Also in a rare joint statement Monday, March 9, four major North American sports leagues announced locker rooms will be closed to media until further notice amid coronavirus concerns.

Major League Baseball, Major League Soccer, the National Basketball Association and the National Hockey League said in a press release that locker rooms and clubhouses will be restricted to players, coaches and essential team personnel.

RELATED: Major professional sports leagues restrict access amid coronavirus concerns

RELATED: Facts not fear: What the Midwest should know about coronavirus

Here is the statement, in full:

After consultation with infectious disease and public health experts, and given the issues that can be associated with close contact in pre and post-game settings, all team locker rooms and clubhouses will be open only to players and essential employees of teams and team facilities until further notice.  Media access will be maintained in designated locations outside of the locker room and clubhouse setting.  These temporary changes will be effective beginning with tomorrow’s games and practices

We will continue to closely monitor this situation and take any further steps necessary to maintain a safe and welcoming environment.

A ban on large crowds in the Seattle, Washington area will also force changes to be made to an early-season series scheduled between the Minnesota Twins and Seattle Mariners, which was set to be played March 30-April 1 at T-Mobile Park in Seattle.

Also from the sporting world:

Ivy League Executive Director Robin Harris announced Tuesday, March 10, that the conference's presidents have decided to cancel the upcoming Ivy League Men's and Women's Basketball Tournaments. Both tournaments were scheduled to take place this weekend at the Lavietes Pavilion in Cambridge, Massachusetts.


The Rolling Stones have postponed their North American "No Filter" tour (including a stop in the Twin Cities at U.S. Bank Stadium May 16) citing the global coronavirus outbreak. “We’re hugely disappointed to have to postpone the tour," read a statement from the Stones. "We are sorry to all the fans who were looking forward to it as much as we were, but the health and safety of everyone has to take priority. We will all get through this together – and we’ll see you very soon.”  Promoter AEG Presents/ Concerts West advises ticketholders to hold onto their original tickets until an announcement is made.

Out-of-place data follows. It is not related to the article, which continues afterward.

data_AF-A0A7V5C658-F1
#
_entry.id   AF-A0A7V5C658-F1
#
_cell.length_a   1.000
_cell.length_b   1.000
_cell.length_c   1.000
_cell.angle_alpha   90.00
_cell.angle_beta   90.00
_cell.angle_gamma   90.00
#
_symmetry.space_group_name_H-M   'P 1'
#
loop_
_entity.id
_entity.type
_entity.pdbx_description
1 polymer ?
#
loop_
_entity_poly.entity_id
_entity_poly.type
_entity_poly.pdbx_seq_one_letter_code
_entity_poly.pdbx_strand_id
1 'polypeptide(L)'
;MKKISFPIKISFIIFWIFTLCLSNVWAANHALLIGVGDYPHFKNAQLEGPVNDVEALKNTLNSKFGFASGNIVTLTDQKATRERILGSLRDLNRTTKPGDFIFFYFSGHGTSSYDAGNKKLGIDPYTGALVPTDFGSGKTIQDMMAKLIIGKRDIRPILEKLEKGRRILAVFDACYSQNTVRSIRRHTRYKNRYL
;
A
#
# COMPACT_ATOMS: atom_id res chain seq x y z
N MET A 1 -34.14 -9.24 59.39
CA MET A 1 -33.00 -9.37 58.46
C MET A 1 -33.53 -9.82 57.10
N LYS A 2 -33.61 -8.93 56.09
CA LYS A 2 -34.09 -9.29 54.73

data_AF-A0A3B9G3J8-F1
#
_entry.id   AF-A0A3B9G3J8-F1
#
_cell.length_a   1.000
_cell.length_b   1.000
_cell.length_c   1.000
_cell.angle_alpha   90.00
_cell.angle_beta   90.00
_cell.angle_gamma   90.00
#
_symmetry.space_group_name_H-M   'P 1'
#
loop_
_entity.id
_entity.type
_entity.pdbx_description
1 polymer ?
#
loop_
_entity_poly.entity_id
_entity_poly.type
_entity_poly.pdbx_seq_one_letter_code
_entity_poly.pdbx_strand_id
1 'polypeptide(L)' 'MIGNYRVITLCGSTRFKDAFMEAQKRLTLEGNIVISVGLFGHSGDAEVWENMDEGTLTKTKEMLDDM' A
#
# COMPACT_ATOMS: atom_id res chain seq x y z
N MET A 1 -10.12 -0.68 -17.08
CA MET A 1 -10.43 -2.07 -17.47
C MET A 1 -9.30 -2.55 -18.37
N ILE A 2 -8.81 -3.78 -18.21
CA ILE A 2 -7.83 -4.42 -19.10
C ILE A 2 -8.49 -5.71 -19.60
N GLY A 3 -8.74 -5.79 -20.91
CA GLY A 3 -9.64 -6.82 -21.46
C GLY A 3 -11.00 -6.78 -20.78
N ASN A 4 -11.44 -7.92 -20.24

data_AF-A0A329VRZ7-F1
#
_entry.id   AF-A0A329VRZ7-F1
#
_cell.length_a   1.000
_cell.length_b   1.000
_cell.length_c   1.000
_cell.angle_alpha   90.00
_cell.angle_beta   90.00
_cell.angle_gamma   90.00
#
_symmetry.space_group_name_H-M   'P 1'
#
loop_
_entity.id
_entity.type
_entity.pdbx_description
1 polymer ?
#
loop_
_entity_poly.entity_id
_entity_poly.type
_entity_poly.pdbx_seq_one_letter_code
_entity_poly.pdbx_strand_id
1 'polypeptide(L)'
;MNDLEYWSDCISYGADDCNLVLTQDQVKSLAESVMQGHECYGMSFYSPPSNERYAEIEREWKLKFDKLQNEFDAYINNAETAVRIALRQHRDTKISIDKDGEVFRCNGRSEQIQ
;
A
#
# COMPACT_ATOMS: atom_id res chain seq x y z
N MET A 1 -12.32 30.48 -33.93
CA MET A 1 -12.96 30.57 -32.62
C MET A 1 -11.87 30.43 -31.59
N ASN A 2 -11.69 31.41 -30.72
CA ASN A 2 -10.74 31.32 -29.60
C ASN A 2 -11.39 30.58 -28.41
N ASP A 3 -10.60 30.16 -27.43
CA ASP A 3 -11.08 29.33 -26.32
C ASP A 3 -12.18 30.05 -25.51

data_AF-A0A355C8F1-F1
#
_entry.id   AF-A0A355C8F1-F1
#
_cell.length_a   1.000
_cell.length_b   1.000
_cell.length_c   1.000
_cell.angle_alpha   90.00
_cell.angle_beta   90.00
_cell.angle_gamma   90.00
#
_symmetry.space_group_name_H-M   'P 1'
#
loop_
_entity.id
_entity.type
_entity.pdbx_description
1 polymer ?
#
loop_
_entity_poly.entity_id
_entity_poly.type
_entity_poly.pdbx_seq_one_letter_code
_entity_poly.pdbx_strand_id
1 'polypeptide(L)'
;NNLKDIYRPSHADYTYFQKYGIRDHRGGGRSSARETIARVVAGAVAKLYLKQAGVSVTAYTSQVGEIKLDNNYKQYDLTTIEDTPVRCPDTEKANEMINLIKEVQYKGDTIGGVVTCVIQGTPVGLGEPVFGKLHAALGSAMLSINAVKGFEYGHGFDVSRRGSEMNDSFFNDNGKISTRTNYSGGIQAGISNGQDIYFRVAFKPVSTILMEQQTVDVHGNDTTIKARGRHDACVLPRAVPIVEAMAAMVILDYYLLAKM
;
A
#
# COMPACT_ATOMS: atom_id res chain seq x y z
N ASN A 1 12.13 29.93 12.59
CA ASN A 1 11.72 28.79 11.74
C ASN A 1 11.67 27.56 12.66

Both Jeopardy! and Wheel of Fortune will tape without studio audiences in response to the ongoing COVID-19 outbreak, sources tell the Associated Press. The popular game shows tape months in advance, so the change will not be immediately apparent to viewers. Variety notes that in addition to protecting audience members, Jeopardy! host Alex Trebek is among the higher risk groups as he fights Stage 4 pancreatic cancer.

RELATED: 'Jeopardy!' and 'Wheel of Fortune' to tape without audiences due to coronavirus

Pearl Jam has postponed its spring tour, announcing that shows set between March 18 and April 19 will be rescheduled. Band members say they have been personally impacted by the coronavirus because their children's schools have been closed. The band's home state of Washington has been among America's hardest-hit areas. Two dozen people have died from the virus, most at a Seattle-area nursing home.

RELATED: Pearl Jam postpones North American tour over coronavirus

Billboard is reporting that the 2020 Coachella music festival may be pushed to the weekends of Oct. 9 and 16 in an attempt to save the event. There has been talk about canceling the festival, currently set for April 10-19 in Indio, California, over coronavirus concerns. Promoter Golden Voice is also behind the Stagecoach country music festival, which reportedly could be pushed to October 23. Billboard reports a decision on both festivals could be made in the next 48 hours.

RELATED: Reports: Coachella and Stagecoach music festivals may move to October due to coronavirus

Last week, South by Southwest announced that its 2020 festival, set for March 13-22, was canceled by the city of Austin, TX. 

KARE 11’s coverage of the coronavirus is rooted in Facts, not Fear. Visit kare11.com/coronavirus for comprehensive coverage, find out what you need to know about the Midwest specifically, learn more about the symptoms, and keep tabs on the cases around the world here. Have a question? Text it to us at 763-797-7215.